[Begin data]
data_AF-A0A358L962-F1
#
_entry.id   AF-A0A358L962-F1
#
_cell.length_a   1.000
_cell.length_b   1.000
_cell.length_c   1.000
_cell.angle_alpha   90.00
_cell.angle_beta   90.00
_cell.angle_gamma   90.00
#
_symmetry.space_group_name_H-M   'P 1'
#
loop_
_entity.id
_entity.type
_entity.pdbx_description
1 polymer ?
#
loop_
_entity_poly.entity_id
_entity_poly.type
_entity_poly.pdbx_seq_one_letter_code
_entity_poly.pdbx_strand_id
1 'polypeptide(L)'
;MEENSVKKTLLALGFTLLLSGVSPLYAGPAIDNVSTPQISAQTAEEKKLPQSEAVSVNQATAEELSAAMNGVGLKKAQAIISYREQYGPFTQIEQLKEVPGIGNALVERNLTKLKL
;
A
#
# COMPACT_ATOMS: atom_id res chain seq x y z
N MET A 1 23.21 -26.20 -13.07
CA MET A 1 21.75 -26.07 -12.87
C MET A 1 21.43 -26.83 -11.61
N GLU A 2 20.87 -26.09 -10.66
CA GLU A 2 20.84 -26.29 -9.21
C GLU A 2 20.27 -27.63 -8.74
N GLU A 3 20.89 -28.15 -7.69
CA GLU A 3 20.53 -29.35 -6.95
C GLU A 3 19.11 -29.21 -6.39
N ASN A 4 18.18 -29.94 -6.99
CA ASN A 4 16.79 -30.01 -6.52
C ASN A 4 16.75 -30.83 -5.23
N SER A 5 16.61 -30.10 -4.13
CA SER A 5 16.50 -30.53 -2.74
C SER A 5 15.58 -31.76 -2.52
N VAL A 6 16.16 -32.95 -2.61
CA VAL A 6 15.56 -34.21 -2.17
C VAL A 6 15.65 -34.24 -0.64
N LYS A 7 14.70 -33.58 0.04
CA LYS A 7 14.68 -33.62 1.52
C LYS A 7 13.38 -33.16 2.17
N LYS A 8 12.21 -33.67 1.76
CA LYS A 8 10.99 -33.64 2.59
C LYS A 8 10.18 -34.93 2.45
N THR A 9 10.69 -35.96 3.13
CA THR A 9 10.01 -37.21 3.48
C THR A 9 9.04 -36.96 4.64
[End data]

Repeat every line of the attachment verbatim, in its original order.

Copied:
data_AF-A0A358L962-F1
#
_entry.id   AF-A0A358L962-F1
#
_cell.length_a   1.000
_cell.length_b   1.000
_cell.length_c   1.000
_cell.angle_alpha   90.00
_cell.angle_beta   90.00
_cell.angle_gamma   90.00
#
_symmetry.space_group_name_H-M   'P 1'
#
loop_
_entity.id
_entity.type
_entity.pdbx_description
1 polymer ?
#
loop_
_entity_poly.entity_id
_entity_poly.type
_entity_poly.pdbx_seq_one_letter_code
_entity_poly.pdbx_strand_id
1 'polypeptide(L)'
;MEENSVKKTLLALGFTLLLSGVSPLYAGPAIDNVSTPQISAQTAEEKKLPQSEAVSVNQATAEELSAAMNGVGLKKAQAIISYREQYGPFTQIEQLKEVPGIGNALVERNLTKLKL
;
A
#
# COMPACT_ATOMS: atom_id res chain seq x y z
N MET A 1 23.21 -26.20 -13.07
CA MET A 1 21.75 -26.07 -12.87
C MET A 1 21.43 -26.83 -11.61
N GLU A 2 20.87 -26.09 -10.66
CA GLU A 2 20.84 -26.29 -9.21
C GLU A 2 20.27 -27.63 -8.74
N GLU A 3 20.89 -28.15 -7.69
CA GLU A 3 20.53 -29.35 -6.95
C GLU A 3 19.11 -29.21 -6.39
N ASN A 4 18.18 -29.94 -6.99
CA ASN A 4 16.79 -30.01 -6.52
C ASN A 4 16.75 -30.83 -5.23
N SER A 5 16.61 -30.10 -4.13
CA SER A 5 16.50 -30.53 -2.74
C SER A 5 15.58 -31.76 -2.52
N VAL A 6 16.16 -32.95 -2.61
CA VAL A 6 15.56 -34.21 -2.17
C VAL A 6 15.65 -34.24 -0.64
N LYS A 7 14.70 -33.58 0.04
CA LYS A 7 14.68 -33.62 1.52
C LYS A 7 13.38 -33.16 2.17
N LYS A 8 12.21 -33.67 1.76
CA LYS A 8 10.99 -33.64 2.59
C LYS A 8 10.18 -34.93 2.45
N THR A 9 10.69 -35.96 3.13
CA THR A 9 10.01 -37.21 3.48
C THR A 9 9.04 -36.96 4.64